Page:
I could feel the sunlight on my face and even in my semi-conscious state, I knew this wasn’t right. It wasn’t supposed to be daylight. Our adventure was supposed to begin while it was still dark, at some unfamiliar hour like 4:00 a.m. We were going to get dressed and pack our stuff while Mom made snacks for the trip, and the adults began to load the cars. I’d end up in the back seat of one of the cars–stuck in the middle again, of course, but in this case, I wouldn’t care. There’d be no complaints on this day, because we’d be heading off to the beach to go fishing, and not just fishing off the pier with a bunch of people crowding around us. My uncle planned to rent a couple of boats, and we were actually going out on the bay. The thought was mesmerizing.
Dawn of Disappointment ~
Closed eyelids could neither hide the bright morning sunlight streaming in through a crack in the curtain, nor the truth that poured in with it. It was way past 4:00 a.m., and something had gone dreadfully wrong. The house was so quiet I could hear Grandma’s cuckoo clock ticking out in the hallway. It was clear that nobody was packing anything to go anywhere, and a sense of despair began to creep in. I didn’t know yet what went wrong, but I knew that my grand adventure had somehow died in the night while I slept and all that was left of its lifeless corpse was a lump in my throat and a consuming sense of disappointment.
Grandma met me as I headed downstairs. “Where’s everybody, Ma?” I squeaked out through the tears. “And why is it so late?” She tried to force a smile and sound upbeat as she hugged me and said, “Oh, you didn’t want to have to ride in that cramped car for hours and then be stuck out in the hot sun on that old boat all day, did you?”
No Recourse ~
The impact of what she said took a minute to sink in, and if I had words to respond to her, I don’t remember what they were. I just remember how it felt to have been left out–that awful, overwhelming feeling of rejection and helplessness–left behind with no warning, no preparation, no second chance, no appeal, no recourse, and no power to change anything.
The adults in charge had decided that it was going to be too crowded and leaving one of the kids at home was the best solution. At nine, I was the youngest, and would probably just waste their bait and not catch anything anyway. Besides, I’d be the one likely to end up sunburned and be whining in pain all the way home. They knew it wouldn’t be pleasant for me to wake up and find them gone, but I’d get over it. I still feel bad for Grandma getting stuck with the task of trying to tell me that being left out was somehow a good thing.
Not an Unusual Story ~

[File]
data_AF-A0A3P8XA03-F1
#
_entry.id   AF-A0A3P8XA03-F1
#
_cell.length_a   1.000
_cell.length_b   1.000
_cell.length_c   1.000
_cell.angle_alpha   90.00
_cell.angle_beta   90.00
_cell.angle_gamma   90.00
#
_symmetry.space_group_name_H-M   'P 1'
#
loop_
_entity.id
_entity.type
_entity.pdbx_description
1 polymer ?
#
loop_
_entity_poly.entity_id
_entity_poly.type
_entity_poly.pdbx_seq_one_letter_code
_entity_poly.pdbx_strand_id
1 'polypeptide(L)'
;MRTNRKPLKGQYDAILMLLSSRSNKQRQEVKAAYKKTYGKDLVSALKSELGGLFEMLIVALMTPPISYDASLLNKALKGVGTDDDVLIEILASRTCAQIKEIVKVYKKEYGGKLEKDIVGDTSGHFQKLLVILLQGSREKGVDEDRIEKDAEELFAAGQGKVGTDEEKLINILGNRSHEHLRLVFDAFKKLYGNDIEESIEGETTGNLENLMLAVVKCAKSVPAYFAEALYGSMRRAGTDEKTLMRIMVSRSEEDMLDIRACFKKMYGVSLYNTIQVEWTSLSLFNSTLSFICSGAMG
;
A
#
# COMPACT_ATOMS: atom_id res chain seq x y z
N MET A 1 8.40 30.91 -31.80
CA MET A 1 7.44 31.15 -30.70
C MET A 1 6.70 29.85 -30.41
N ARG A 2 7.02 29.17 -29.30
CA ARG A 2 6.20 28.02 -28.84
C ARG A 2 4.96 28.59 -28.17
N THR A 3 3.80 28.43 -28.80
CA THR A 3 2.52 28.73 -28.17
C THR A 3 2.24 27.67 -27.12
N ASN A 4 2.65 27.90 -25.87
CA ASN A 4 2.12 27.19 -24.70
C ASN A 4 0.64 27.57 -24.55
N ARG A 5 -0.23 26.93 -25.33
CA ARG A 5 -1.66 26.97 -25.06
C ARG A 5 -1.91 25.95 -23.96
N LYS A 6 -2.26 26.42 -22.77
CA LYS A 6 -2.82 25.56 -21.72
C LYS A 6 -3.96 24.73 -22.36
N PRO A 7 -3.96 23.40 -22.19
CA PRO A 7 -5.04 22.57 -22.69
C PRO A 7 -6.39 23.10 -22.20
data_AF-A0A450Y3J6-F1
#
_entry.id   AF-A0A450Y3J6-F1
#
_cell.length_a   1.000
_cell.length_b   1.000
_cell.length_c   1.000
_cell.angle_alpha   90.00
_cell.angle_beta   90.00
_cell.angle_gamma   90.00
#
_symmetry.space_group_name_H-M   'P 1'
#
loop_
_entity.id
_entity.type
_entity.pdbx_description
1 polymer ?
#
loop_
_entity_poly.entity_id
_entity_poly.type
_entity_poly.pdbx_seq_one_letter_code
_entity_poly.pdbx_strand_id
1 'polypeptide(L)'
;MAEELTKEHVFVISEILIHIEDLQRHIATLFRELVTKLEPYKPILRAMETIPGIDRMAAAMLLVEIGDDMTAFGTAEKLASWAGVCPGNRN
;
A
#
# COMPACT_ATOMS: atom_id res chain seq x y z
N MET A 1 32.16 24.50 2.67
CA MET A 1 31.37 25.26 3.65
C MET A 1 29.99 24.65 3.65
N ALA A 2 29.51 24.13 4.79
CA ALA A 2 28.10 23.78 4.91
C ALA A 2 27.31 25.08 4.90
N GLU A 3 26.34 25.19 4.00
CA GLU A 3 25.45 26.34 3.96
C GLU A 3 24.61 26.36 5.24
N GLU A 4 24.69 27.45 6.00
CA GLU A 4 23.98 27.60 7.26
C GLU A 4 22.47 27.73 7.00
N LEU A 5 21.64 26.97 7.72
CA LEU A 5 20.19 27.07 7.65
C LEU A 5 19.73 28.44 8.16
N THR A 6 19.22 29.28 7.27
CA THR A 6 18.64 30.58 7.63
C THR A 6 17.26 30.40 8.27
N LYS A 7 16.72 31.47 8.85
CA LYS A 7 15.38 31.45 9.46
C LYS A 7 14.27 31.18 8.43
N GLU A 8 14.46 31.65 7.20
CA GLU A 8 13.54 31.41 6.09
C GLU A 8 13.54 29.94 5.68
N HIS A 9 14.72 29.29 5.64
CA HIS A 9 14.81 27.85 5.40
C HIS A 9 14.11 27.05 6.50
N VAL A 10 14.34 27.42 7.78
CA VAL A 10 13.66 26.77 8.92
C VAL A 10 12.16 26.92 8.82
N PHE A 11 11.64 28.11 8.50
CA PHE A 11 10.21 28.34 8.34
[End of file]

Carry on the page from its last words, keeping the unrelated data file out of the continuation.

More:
Episodes like this are not all that unique. Most of us have experienced some event where we felt unfairly excluded, and those memories are painful. Sometimes those experiences get molded into an argument against any form of exclusivity at all, especially when there are significant implications. The impassioned rhetoric on both sides of the immigration issue is indicative of the emotional volatility inherent in the question of who’s allowed in, and who gets shut out. Not surprisingly, Jesus was confronted with this issue more than once.
The Pharisees of Jesus’ day thought they had God figured out. They were the recognized arbiters of who was and wasn’t acceptable, and they were not accustomed to being told by anyone where they could or could not go. What an affront it must have been to them to hear an unauthorized Rabbi with no certified credentials declare that the day was coming when they would want to be in His presence but would not be allowed to enter. Jesus’ words were personal, absolute, and presented with an authoritative finality that was sobering. Here’s what He said:
…I am going away, and you will seek Me, and will die in your sin. Where I go you cannot come. John 8:21 (NKJV)
A Profound Paradox ~
When the Pharisees pompous pretext of holiness encountered God in human flesh, it became clear that they really didn’t know Him at all. In their arrogant, superficial self-righteousness, they declared His words unacceptable and His presence undesirable. Jesus exposed their hypocrisy, and they hated Him for it. What a profound paradox; they despised and rejected the very God they claimed to know and serve.
Jesus didn’t exclude the Pharisees because He didn’t like them. They were not shut out of the love that took Him to the cross for every flawed and fallen member of the human race. What was disallowed in His Kingdom was their self-righteous arrogance and pretentious dishonesty. Their refusal to confess and relinquish it left no alternative but to exclude them as well.
Never Again ~
Our memories of being unjustly left out make it hard for us to grasp that God would do that to anyone, but God isn’t like those who let us down. He knows what our bitter disappointments felt like, and He never wants us to feel left out again, so He banned forever from His Kingdom anything that could possibly hurt us like that anymore–no lies, no selfishness, no manipulative schemes, no hatred, no painful imperfections. He has declared to every fallen human frailty, “… where I am, you cannot come.” The only people left out are those who refuse to allow Him to remove the attitudes and behaviors that would infect Heaven with the same plague that fills the earth with pain here and now.
Jesus doesn’t want any of us excluded, quite the contrary. He said,
… I go to prepare a place for you. And if I go and prepare a place for you, I will come again and receive you to Myself; that where I am, there you may be also. John 14:2-3 (NKJV)
He promises something much better than a fishing trip, and the only thing that will cause us to be left out of His Kingdom is to refuse to allow Him to reign over ours.
© 2018 Gallagher’s Pen, Ronald L. Gallagher, Ed.S. All rights reserved.
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